Ericsson (NASDAQ: ERIC) and MTN, a leading telecommunications company with presence in 21 countries in Africa and the Middle East, have partnered to successfully trial LTE-Unlicensed (LTE-U), a mobile technology innovation that improves indoor app coverage for smartphone users, in South Africa. The trial was completed by aggregating 10 MHz from 1800 with 20 MHz from 5 GHz band and showcasing throughput of more than 200 Mbps. This is the first time LTE-U has been trialed over the air in Africa.
LTE-U is an LTE capability that leverages the 5 GHz unlicensed band in combination with licensed spectrum to deliver a performance boost for mobile device users. The solution optimizes available wireless network resources, and improves app coverage for all users whether their devices are using LTE-U, licensed cellular or Wi-Fi. LTE-U is a key milestone on the road to 5G, leveraging a combination of licensed and unlicensed spectrum, and using higher frequency bands on a small cell architecture.
This deployment supports MTN’s strategy to drive sustainable growth by driving growth in voice while developing new opportunities in data, enterprise, financial services and content.
Krishna Chetty, Acting Chief Technology Officer, MTN South Africa says: “This trial supports MTN’s strategy to drive sustainable growth by driving growth in voice, while developing new opportunities in data, enterprise, financial services and content. This innovation shows that MTN is within the cutting edge of world developments.”
“LTE-U is designed to take advantage of the capacity available in the unlicensed 5GHz band spectrum. Through aggregating licenced spectrum with unlicensed spectrum a bigger LTE carrier is created. The ability to aggregate spectrum is one of the primary benefits of LTE. Using this technology, MTN is able to combine its LTE spectrum with portions of the 5GHz spectrum band, to enable LTE- Unlicensed.
“The lack of critical high value spectrum has compelled MTN to combine existing licensed mobile spectrum with unlicensed 5GHz spectrum to cater for the rollout of new generation networks such as LTE-U.”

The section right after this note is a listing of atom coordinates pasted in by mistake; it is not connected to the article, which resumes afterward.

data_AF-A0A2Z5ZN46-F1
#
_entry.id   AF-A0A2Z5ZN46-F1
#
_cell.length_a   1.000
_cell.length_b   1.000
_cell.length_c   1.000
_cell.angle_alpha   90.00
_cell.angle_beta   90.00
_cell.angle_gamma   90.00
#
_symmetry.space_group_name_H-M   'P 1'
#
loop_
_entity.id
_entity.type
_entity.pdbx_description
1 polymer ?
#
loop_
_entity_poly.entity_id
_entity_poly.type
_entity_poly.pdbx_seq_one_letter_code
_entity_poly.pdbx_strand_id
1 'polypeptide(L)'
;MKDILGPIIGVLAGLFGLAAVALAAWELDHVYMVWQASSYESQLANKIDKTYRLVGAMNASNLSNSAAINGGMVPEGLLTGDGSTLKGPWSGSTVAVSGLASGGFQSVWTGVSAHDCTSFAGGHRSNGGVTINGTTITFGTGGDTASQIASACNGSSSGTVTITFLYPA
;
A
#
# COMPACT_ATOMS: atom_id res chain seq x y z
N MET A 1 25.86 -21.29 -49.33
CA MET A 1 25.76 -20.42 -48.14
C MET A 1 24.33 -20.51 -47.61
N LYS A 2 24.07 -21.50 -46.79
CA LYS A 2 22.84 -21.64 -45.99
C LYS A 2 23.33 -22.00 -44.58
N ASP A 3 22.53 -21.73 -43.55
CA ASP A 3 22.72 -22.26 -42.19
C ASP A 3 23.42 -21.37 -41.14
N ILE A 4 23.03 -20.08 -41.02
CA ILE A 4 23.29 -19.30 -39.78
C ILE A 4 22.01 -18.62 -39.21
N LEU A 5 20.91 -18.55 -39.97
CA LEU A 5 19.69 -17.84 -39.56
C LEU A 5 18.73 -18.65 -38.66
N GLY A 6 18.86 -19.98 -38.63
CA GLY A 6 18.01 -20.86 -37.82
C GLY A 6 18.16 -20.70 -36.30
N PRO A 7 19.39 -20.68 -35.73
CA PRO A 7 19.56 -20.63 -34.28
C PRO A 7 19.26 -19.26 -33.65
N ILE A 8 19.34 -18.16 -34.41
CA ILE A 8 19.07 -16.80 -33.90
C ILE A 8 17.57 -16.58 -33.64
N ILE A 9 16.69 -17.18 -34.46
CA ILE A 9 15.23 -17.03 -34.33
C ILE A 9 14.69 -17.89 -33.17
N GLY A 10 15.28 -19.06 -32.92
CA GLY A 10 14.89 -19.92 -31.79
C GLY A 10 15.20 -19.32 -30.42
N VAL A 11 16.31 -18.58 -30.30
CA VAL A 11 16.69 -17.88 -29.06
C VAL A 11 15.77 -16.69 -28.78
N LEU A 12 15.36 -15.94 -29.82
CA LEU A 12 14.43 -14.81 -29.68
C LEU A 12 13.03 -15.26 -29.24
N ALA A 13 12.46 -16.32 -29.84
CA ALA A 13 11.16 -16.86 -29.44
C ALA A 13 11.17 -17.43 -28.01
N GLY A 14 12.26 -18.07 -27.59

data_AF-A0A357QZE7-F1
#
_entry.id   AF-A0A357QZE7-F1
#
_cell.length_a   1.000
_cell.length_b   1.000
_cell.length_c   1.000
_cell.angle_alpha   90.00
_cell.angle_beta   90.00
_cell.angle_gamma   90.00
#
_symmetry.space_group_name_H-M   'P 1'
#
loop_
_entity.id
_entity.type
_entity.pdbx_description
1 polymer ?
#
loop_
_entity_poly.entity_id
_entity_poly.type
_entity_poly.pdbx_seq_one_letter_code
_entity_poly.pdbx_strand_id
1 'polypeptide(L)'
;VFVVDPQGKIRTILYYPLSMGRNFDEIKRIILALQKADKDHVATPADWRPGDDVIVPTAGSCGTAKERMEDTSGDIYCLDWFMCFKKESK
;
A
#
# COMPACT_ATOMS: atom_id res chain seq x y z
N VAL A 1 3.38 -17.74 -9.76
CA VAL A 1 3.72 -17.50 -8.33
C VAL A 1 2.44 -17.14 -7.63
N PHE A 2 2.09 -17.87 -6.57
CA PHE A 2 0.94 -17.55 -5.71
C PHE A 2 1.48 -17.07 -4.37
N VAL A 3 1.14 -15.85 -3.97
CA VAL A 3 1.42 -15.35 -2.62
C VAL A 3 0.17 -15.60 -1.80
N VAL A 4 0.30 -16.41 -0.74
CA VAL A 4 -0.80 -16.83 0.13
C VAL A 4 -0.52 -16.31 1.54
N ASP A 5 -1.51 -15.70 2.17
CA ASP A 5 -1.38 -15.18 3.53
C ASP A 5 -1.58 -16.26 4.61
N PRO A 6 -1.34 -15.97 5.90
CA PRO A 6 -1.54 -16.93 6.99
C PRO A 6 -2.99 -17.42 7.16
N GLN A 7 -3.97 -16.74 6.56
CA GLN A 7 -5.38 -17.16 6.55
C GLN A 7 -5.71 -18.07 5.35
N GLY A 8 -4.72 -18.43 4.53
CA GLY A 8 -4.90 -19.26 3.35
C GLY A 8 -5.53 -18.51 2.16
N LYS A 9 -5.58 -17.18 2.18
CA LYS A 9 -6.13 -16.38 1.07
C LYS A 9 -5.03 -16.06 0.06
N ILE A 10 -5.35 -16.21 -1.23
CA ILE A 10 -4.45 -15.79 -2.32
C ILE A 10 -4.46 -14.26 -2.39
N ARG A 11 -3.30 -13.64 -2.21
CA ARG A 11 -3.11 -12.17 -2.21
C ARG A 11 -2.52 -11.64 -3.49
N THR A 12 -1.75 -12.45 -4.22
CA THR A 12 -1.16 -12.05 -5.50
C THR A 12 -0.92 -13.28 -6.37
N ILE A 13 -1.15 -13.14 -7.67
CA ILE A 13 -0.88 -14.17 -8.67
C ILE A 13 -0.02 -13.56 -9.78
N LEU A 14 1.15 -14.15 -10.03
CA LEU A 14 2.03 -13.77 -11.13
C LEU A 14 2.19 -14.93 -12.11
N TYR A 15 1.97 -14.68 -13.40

The LTE-U solution showcases Carrier Sensing Adaptive Transmission (CSAT) capabilities for coexistence with Wi-Fi in accordance with the latest LTE-U Forum specifications, which have been designed to enable fair sharing of unlicensed spectrum with Wi-Fi.
Henrik Linnet, Head of Practice Mobile Broadband, Ericsson Sub-Saharan Africa says: “We are very excited to be trialing LTE-U with MTN in South Africa. This solution when fully operational will allow MTN to boost data speeds and coverage in the cellular network and support the growth of indoor traffic, by using the unlicensed 5 GHz band already populated by Wi-Fi devices. This is the first LTE-U trial and first enhanced CSAT (Carrier Sensing Adaptive Transmission) functionality demonstrated in Africa. Through this, we demonstrated that LTE is a good neighbor to Wi-Fi. We are proud to have teamed up with our longstanding partner to demonstrate this service in South Africa on the way to future 5G deployments.”
Ericsson introduced its LTE-U small cells for the first time at the 2015 Consumer Electronics Show (CES). Today, unlicensed spectrum is generally utilized by Wi-Fi and Bluetooth technologies. LTE-U provides an efficient option for spectrum use by extending the benefits of LTE to unlicensed spectrum, providing a more reliable and predictable performance. The licensed band provides an anchor designed to ensure a seamless user experience with full mobility while the unlicensed band provides incremental capacity and a better user experience. The technology is designed to improve indoor app coverage for smartphone users in particular.
Ericsson is present today in all high traffic LTE markets including US, Japan, and South Korea, and is ranked first for handling the most global LTE traffic. In addition, forty percent of the world's total mobile traffic is carried over Ericsson networks. More than 250 LTE RAN and Evolved Packet Core networks have been delivered by Ericsson worldwide, of which 190 are live commercially.
Image: Ericsson RBS 6402 Indoor Picocell combines the reliability of licensed spectrum with a throughput boost from available unlicensed 5 GHz spectrum, on a small cell architecture
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